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Generalized high degrees have the complementation property
 Journal of Symbolic Logic
"... Abstract. We show that if d ∈ GH1 then D( ≤ d) has the complementation property, i.e. for all a < d there is some b < d such that a ∧ b = 0 and a ∨ b = d. §1. Introduction. A major theme in the investigation of the structure of the Turing degrees, (D, ≤T), has been the relationship between the order ..."
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Abstract. We show that if d ∈ GH1 then D( ≤ d) has the complementation property, i.e. for all a < d there is some b < d such that a ∧ b = 0 and a ∨ b = d. §1. Introduction. A major theme in the investigation of the structure of the Turing degrees, (D, ≤T), has been the relationship between the order theoretic properties of a degree and its complexity of definition in arithmetic as expressed by the Turing jump operator which embodies a single step in the hierarchy of quantification. For example, there is a long history of results showing that 0 ′
Jumps of minimal degrees below 0
 J. London Math. Soc
, 1996
"... Abstract. We show that there is a degree a REA in and low over 0 ′ such that no minimal degree below 0 ′ jumps to a degree above a. We also show that every nonlow r.e. degree bounds a nonlow minimal degree. Introduction. An important and longstanding area of investigation in recursion theory has be ..."
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Abstract. We show that there is a degree a REA in and low over 0 ′ such that no minimal degree below 0 ′ jumps to a degree above a. We also show that every nonlow r.e. degree bounds a nonlow minimal degree. Introduction. An important and longstanding area of investigation in recursion theory has been the relationship between quantifier complexity of the definitions of sets in arithmetic as expressed by the jump operator and the basic notion of relative computability as expressed by the ordering of the (Turing) degrees. In this paper we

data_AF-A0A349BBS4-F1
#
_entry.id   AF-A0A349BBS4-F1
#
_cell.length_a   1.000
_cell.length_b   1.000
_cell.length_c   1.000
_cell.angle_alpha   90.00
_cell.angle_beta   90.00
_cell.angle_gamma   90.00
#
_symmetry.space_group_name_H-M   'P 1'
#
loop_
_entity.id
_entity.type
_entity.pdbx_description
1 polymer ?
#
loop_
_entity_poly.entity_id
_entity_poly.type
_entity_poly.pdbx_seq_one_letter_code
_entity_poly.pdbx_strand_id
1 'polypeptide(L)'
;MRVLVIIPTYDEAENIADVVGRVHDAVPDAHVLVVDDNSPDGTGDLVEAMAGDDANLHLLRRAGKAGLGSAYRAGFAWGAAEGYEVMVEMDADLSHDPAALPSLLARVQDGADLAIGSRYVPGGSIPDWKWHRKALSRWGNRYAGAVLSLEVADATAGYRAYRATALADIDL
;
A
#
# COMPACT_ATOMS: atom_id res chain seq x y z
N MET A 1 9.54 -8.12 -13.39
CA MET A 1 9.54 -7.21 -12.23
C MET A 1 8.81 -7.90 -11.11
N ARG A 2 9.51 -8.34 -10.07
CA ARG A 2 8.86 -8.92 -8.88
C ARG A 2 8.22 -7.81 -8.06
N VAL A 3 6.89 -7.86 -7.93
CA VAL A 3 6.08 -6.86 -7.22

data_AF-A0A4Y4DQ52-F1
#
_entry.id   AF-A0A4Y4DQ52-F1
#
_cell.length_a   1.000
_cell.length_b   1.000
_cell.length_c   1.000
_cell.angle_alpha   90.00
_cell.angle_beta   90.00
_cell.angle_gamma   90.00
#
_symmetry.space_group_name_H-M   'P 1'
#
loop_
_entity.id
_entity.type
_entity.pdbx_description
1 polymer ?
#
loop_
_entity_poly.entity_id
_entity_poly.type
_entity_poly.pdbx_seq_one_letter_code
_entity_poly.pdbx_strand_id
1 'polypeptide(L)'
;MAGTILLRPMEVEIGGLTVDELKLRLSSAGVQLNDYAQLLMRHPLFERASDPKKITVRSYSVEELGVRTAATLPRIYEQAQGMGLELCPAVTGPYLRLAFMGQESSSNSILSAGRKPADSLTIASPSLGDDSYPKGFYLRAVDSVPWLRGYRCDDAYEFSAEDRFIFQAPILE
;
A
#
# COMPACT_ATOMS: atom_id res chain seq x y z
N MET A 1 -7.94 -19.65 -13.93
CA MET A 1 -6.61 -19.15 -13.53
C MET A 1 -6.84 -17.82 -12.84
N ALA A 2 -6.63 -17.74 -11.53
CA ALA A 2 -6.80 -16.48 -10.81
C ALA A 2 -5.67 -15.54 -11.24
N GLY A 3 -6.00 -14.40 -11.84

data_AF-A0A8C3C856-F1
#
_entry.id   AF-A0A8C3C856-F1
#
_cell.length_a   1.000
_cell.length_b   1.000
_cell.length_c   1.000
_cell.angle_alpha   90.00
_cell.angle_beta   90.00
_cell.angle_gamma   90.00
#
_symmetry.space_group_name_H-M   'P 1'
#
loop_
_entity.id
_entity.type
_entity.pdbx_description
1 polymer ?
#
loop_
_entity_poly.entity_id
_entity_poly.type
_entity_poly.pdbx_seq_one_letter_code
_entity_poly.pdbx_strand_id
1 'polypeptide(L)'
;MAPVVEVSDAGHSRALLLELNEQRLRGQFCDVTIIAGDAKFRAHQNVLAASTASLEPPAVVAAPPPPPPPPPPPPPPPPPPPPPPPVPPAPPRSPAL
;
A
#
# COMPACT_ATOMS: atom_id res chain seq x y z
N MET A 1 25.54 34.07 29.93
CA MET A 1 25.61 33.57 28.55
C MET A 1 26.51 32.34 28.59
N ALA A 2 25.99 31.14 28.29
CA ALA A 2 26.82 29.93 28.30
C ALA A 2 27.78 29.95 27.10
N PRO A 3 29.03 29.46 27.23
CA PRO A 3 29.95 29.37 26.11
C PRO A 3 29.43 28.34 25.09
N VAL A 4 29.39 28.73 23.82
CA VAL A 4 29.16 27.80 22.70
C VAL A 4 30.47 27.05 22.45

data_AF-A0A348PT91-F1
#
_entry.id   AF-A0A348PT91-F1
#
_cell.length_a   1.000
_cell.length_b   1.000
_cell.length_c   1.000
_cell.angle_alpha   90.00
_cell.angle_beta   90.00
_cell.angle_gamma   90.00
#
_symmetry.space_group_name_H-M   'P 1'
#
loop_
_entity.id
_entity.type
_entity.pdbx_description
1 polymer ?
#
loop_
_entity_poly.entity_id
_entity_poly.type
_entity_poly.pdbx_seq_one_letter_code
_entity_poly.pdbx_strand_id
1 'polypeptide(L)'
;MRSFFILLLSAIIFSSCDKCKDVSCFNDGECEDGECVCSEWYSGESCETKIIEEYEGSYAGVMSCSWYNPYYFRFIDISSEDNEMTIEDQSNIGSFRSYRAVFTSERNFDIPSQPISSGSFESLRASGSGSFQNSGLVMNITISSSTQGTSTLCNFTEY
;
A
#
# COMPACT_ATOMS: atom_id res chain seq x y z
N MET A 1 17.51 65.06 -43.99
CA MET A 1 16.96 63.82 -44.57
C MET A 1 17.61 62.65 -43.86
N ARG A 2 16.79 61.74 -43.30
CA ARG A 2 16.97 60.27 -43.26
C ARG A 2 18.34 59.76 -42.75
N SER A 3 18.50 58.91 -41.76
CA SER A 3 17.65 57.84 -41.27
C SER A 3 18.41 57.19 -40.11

Strong minimal covers and a question of Yates: the story so far
 the proceedings of the ASL meeting
, 2006
"... Abstract. An old question of Yates as to whether all minimal degrees have a strong minimal cover remains one of the longstanding problems of degree theory, apparently largely impervious to present techniques. We survey existing results in this area, focussing especially on some recent progress. 1. ..."
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Abstract. An old question of Yates as to whether all minimal degrees have a strong minimal cover remains one of the longstanding problems of degree theory, apparently largely impervious to present techniques. We survey existing results in this area, focussing especially on some recent progress. 1.
A single minimal complement for the c.e. degrees
"... Abstract. We show that there exists a minimal (Turing) degree b<0 ′ such that for all nonzero c.e. degrees a, 0 ′ = a ∨ b. Since b is minimal this means that b complements all c.e. degrees other than 0 and 0 ′. Since every nc.e. degree bounds a nonzero c.e. degree, b complements every nc.e. deg ..."
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Abstract. We show that there exists a minimal (Turing) degree b<0 ′ such that for all nonzero c.e. degrees a, 0 ′ = a ∨ b. Since b is minimal this means that b complements all c.e. degrees other than 0 and 0 ′. Since every nc.e. degree bounds a nonzero c.e. degree, b complements every nc.e. degree other than 0 and 0 ′. 1.
Arch. Math. Logic (2011) 50:33–44 DOI 10.1007/s0015301001983 Mathematical Logic A superhigh diamond in the c.e. ttdegrees
"... Abstract The notion of superhigh computably enumerable (c.e.) degrees was first ..."
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Abstract The notion of superhigh computably enumerable (c.e.) degrees was first
Embedding the Diamond Lattice in the c.e. ttDegrees with Superhigh Atoms
"... Abstract. The notion of superhigh computably enumerable (c.e.) degrees was first introduced by Mohrherr in [7], where she proved the existence of incomplete superhigh c.e. degrees, and high, but not superhigh, c.e. degrees. Recent research shows that the notion of superhighness is closely related to ..."
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Abstract. The notion of superhigh computably enumerable (c.e.) degrees was first introduced by Mohrherr in [7], where she proved the existence of incomplete superhigh c.e. degrees, and high, but not superhigh, c.e. degrees. Recent research shows that the notion of superhighness is closely related to algorithmic randomness and effective measure theory. Jockusch and Mohrherr proved in [4] that the diamond lattice can be embedded into the c.e. ttdegrees preserving 0 and 1 and that the two atoms can be low. In this paper, we prove that the two atoms in such embeddings can also be superhigh. 1